Read and share this new Huffington Post blog by Jeanne Rizzo, President and CEO of the Breast Cancer Fund, as well as co-chair of the federal advisory committee that yesterday released a report concluding that preventing environmental exposures is the most promising path to decrease incidence of the disease.
Is this indeed the start of a new era in breast cancer awareness, research and — yes — prevention? We hope so.
If you're under 50, you can't remember the dark days when the tobacco industry was winning the PR war, insisting that smoking wasn't linked to cancer. That all changed in 1964 when the Surgeon General's report on smoking and health created a seismic shift, alerting the nation to the health risks of tobacco and, notably, moving the focus from individual behavior to the public-health impacts of smoking. The report ushered in an anti-smoking era, complete with a national strategy that reshaped the research agenda and inspired policies and public education initiatives that greatly reduced smoking across the nation.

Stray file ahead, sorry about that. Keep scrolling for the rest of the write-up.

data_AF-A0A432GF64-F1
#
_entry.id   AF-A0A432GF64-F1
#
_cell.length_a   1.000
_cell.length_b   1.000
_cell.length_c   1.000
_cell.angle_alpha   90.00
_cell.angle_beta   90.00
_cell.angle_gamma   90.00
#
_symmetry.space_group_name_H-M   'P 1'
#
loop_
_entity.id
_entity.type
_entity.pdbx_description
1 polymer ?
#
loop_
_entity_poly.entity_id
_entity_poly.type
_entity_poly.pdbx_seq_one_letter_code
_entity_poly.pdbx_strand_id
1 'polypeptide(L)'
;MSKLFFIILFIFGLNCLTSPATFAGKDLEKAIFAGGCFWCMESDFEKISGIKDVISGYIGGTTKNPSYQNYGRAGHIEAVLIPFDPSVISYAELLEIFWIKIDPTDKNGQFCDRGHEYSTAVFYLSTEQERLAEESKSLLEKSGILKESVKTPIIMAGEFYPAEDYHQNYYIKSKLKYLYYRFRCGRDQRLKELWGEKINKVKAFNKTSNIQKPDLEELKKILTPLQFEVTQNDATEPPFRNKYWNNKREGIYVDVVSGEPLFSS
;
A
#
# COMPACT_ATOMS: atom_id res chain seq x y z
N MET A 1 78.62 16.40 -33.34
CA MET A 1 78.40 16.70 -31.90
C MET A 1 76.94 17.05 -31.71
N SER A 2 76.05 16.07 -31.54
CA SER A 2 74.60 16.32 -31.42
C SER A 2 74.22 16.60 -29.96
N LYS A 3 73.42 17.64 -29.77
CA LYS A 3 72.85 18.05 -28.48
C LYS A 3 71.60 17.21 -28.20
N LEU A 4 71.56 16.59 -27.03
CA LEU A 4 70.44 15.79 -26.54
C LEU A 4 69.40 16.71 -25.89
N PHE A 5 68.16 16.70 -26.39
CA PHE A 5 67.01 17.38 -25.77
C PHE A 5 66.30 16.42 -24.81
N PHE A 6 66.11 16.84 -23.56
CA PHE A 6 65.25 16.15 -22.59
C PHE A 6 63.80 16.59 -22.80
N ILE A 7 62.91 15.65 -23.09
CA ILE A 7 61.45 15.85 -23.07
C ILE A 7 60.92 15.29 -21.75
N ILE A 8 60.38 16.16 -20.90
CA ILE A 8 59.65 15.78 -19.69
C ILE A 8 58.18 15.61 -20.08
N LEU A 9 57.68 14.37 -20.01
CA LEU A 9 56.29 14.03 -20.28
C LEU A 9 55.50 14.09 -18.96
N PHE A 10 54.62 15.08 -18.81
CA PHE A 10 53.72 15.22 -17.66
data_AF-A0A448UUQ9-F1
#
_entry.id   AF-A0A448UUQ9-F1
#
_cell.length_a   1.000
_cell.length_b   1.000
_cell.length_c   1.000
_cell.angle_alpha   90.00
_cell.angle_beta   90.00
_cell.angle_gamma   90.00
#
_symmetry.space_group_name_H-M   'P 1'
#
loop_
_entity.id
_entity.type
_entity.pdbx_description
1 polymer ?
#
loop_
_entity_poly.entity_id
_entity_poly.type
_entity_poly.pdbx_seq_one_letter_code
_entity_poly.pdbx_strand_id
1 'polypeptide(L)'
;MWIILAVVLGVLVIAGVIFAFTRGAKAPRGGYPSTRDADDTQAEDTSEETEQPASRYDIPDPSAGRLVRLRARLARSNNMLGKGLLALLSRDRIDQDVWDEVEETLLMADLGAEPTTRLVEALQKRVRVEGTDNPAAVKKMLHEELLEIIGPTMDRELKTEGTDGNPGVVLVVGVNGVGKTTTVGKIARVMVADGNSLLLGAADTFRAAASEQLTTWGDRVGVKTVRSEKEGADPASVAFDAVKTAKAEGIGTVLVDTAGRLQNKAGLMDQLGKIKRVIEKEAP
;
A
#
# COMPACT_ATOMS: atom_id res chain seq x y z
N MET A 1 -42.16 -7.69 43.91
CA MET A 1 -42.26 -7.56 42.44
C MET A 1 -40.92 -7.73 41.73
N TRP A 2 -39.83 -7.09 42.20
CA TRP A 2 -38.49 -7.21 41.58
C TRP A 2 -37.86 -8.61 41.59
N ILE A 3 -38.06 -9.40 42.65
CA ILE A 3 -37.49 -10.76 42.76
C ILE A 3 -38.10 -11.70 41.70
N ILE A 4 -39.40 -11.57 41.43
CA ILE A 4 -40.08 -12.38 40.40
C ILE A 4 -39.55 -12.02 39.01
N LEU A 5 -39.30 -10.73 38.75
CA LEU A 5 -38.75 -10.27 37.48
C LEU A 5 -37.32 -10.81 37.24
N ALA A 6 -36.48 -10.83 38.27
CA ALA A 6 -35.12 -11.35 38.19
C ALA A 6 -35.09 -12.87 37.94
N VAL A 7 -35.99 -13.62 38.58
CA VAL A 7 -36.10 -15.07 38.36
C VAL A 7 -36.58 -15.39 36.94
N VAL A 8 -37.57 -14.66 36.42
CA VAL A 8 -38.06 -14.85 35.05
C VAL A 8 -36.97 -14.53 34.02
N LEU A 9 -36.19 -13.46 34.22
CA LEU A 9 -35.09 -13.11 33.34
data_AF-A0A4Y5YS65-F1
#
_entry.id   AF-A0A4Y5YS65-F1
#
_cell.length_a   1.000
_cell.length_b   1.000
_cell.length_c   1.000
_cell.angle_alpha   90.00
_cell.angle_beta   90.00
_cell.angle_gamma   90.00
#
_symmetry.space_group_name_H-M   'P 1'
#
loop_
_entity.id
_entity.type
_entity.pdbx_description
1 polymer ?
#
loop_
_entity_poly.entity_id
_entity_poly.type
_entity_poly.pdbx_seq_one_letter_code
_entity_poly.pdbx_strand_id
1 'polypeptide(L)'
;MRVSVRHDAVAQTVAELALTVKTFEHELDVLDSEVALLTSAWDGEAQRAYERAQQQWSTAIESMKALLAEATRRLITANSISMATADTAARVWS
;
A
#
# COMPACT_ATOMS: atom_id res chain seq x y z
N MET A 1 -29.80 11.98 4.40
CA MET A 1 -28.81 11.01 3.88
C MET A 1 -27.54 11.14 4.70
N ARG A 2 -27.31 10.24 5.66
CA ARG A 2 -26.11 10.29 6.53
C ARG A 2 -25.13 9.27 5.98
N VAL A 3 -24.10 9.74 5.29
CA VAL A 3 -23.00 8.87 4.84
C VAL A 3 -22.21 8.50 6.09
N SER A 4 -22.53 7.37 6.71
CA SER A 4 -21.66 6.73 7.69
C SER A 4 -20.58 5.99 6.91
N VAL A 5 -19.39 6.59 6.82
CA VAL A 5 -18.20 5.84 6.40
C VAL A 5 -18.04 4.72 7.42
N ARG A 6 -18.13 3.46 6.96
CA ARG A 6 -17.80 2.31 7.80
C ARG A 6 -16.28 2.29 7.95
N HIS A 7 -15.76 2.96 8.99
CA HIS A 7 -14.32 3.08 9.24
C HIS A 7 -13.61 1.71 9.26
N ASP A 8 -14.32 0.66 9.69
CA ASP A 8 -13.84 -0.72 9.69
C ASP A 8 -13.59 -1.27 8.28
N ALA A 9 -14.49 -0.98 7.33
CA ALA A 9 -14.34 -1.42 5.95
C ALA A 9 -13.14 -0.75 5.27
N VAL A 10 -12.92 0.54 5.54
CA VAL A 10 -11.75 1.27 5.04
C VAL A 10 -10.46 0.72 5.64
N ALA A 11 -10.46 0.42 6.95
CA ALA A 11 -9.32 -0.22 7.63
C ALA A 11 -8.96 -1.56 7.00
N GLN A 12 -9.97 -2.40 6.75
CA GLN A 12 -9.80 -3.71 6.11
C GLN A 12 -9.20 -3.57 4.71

With the release of a groundbreaking federal report today, there's hope that we're entering a breast cancer prevention era — one in which my young granddaughters won't remember a time when the chemical industry got away with its story that breast cancer isn't linked to chemical exposures, and when the only focus on prevention was on personal behavior. (Read complete article.)